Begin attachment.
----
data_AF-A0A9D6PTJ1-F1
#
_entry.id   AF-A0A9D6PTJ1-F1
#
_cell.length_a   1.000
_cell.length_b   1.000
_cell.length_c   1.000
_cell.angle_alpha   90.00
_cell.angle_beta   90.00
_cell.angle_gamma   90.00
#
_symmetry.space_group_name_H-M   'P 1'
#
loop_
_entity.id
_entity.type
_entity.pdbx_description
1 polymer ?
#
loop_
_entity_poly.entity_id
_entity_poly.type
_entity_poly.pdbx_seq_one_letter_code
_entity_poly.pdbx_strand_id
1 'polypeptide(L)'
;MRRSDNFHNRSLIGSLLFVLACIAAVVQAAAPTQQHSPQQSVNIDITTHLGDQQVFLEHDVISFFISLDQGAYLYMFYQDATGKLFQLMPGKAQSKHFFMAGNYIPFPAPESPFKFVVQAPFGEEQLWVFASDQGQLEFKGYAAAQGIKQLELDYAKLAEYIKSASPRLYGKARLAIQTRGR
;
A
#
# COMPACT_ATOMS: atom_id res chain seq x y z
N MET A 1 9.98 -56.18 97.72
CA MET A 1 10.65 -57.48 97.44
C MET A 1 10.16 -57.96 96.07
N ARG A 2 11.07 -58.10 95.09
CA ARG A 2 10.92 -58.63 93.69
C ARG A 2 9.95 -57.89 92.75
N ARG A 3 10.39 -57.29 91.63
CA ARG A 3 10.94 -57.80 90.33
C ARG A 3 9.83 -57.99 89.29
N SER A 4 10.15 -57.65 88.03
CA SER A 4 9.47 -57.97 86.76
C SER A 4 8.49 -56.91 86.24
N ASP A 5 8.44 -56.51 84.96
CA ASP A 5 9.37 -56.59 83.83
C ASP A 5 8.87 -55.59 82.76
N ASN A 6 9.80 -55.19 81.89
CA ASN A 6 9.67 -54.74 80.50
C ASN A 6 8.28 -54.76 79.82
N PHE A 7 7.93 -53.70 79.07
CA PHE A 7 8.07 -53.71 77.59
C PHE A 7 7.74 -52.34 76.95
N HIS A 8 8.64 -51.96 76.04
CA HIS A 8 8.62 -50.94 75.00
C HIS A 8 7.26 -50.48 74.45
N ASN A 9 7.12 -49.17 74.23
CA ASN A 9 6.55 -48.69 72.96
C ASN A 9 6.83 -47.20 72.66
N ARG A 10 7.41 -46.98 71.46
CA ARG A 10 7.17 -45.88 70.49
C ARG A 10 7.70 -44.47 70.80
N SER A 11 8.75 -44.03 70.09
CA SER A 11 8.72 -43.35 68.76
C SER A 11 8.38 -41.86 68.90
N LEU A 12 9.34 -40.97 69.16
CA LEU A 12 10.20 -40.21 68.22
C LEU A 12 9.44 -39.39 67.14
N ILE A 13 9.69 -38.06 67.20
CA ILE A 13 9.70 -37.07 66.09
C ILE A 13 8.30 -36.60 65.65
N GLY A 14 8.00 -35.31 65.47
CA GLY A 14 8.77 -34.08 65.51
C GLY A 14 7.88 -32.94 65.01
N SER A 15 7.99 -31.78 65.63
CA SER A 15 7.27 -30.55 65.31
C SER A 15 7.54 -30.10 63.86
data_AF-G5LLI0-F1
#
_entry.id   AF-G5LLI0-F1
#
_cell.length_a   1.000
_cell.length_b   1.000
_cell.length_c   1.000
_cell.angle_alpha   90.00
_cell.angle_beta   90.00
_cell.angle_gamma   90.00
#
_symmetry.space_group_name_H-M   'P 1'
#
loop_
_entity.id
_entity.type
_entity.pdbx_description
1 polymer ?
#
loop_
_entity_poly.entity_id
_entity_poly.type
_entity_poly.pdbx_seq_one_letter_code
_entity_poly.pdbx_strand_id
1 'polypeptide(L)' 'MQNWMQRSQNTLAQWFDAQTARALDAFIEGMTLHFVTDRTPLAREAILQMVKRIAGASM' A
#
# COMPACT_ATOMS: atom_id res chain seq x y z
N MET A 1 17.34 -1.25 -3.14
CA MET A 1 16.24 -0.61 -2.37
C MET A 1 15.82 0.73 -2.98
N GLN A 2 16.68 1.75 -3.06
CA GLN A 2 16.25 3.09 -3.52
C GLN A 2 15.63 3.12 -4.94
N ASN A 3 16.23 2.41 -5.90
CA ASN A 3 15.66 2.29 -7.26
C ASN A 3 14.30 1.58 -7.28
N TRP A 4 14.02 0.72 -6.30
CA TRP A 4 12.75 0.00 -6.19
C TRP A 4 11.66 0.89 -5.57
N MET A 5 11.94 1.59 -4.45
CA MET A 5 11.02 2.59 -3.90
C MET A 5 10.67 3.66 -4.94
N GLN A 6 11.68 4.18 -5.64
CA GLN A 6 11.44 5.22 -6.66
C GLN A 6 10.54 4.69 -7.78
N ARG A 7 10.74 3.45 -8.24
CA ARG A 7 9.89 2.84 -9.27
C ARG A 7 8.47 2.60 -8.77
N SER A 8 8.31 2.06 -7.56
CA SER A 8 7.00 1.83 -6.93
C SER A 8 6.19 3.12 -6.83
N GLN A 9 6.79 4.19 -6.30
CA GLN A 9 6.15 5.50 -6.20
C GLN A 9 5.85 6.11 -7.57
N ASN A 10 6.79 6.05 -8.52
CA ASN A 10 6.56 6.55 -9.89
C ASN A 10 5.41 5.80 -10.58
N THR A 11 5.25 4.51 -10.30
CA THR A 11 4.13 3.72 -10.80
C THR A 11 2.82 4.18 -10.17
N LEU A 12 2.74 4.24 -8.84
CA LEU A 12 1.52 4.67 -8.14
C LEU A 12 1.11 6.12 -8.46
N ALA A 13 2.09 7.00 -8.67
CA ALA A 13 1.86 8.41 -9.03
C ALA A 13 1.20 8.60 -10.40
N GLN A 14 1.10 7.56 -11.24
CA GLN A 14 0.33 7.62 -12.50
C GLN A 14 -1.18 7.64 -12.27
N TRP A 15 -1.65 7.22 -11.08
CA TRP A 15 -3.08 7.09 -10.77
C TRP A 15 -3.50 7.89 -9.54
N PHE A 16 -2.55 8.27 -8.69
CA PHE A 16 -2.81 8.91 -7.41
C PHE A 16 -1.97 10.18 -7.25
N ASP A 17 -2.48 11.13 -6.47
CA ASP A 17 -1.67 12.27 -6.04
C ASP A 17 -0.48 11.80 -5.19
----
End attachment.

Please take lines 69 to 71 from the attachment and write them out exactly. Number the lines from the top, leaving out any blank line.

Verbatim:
C ILE A 13 8.30 -36.60 65.65
N GLY A 14 8.00 -35.31 65.47
CA GLY A 14 8.77 -34.08 65.51